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LAHORE
The same ubiquitous terminus on a sandy plain, remote from everything; then a drive jolting through bogs, and we reached the dirty, scattered town crowded with people who had collected round a sort of fair with booths for mountebanks, and roundabouts of wooden horses.

In an alley of the bazaar girls were lounging in hammocks hung to nails outside the windows, smoking and spitting down on the world below.

A delightful surprise was a museum of Indian art, the first I had seen, a fine collection and admirably arranged;[A] but the natives who resorted hither to enjoy the cool shelter of the galleries talked to each other from a distance, as is their universal custom, at the top of their voices, which rang doubly loud under the echoing vaults.

The ancient palace of the kings of Lahore. Amid the ruins there is a mosque of red stone flowered[Pg 236] with white marble, the cupola of a material so milky that it might be jade; and the structure is mirrored in a pool of clear water, dappled with sun-sparks over the rose-coloured stones at the bottom.

Another mausoleum is of lace-like carving in marble, the roof painted with Persian ornament; and the whole thing is uninjured, as fresh as if it had been wrought yesterday, under the broad shade of theobromas and cedars that have grown up among the ruins.

Behind a ponderous wall, dinted all over by shot, and showing broad, light patches once covered by earthenware tiles, is the palace of Runjeet Singh, inlaid with enamelled pictures in green, blue, and yellow of tiger-fights and horse-races, mingling with flowers and garlands of boughs. The durbar, the hall or presence chamber, opens by a verandah on a forecourt paved with marble; in its walls are mirrors and panels of coloured glass over a ground of dull gold, agate-like tints iridescent with a nacreous, silvery, luminous lustre.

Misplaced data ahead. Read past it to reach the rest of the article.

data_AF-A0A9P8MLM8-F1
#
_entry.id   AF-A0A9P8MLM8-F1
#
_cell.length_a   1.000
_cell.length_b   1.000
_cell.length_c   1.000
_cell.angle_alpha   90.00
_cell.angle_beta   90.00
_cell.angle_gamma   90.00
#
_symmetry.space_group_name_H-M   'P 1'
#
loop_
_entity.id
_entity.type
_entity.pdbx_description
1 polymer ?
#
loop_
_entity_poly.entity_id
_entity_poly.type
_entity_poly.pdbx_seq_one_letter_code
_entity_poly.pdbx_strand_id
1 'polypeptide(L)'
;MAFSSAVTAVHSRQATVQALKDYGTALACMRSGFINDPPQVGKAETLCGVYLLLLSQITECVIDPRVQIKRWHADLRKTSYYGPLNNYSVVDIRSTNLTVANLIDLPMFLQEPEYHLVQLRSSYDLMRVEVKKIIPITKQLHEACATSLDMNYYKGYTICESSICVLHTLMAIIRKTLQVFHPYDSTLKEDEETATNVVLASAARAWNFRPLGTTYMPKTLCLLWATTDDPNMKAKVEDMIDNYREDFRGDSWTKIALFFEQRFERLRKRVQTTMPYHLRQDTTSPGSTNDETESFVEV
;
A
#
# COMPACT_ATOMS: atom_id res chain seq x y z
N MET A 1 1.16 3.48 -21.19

In one vast hall were ancient weapons, swords and pistols, enriched with precious stones; suits of armour damascened with gold, guns with silver stocks set with pearls, and a whole battery of field-pieces to be carried on camels' backs and spit out[Pg 237] tiny balls—enormously, absurdly long, still perched on their saddle-shaped carriages. And in a window bay two toy cannon made of gold and silver, with which Dhuleep Singh used to play as a child before he lost his realm.

At two or three leagues from Lahore, in a city of ruins, opposite a tumble-down mosque which is strewing a powdering of rose-coloured stones on its white marble court, stands the tomb of Jehangir, splendid, and more splendid amid the squalor that surrounds it.

The sarcophagus rests in the depths of a vaulted crypt lighted only by narrow latticed loopholes, and it is shrouded in a mysterious glimmer, a mingling of golden sunbeams and the reflections from the marble walls inlaid with precious stones.

On the tomb, in elegant black letters, is this inscription:

"Here lies Jehangir, Conqueror of the World."

As we returned to Lahore the palace rose before us among trees, a strip of wall, uninjured, covered with sapphire and emerald tiles; a fragile minaret crowning a tower bowered in flowering shrubs—and then the vision was past. The carriage drove on for[Pg 238] a long way by ruins and vestiges of beauty, and re-entered the town, where lanterns were being lighted over the throng that pushed and hustled about the fair.


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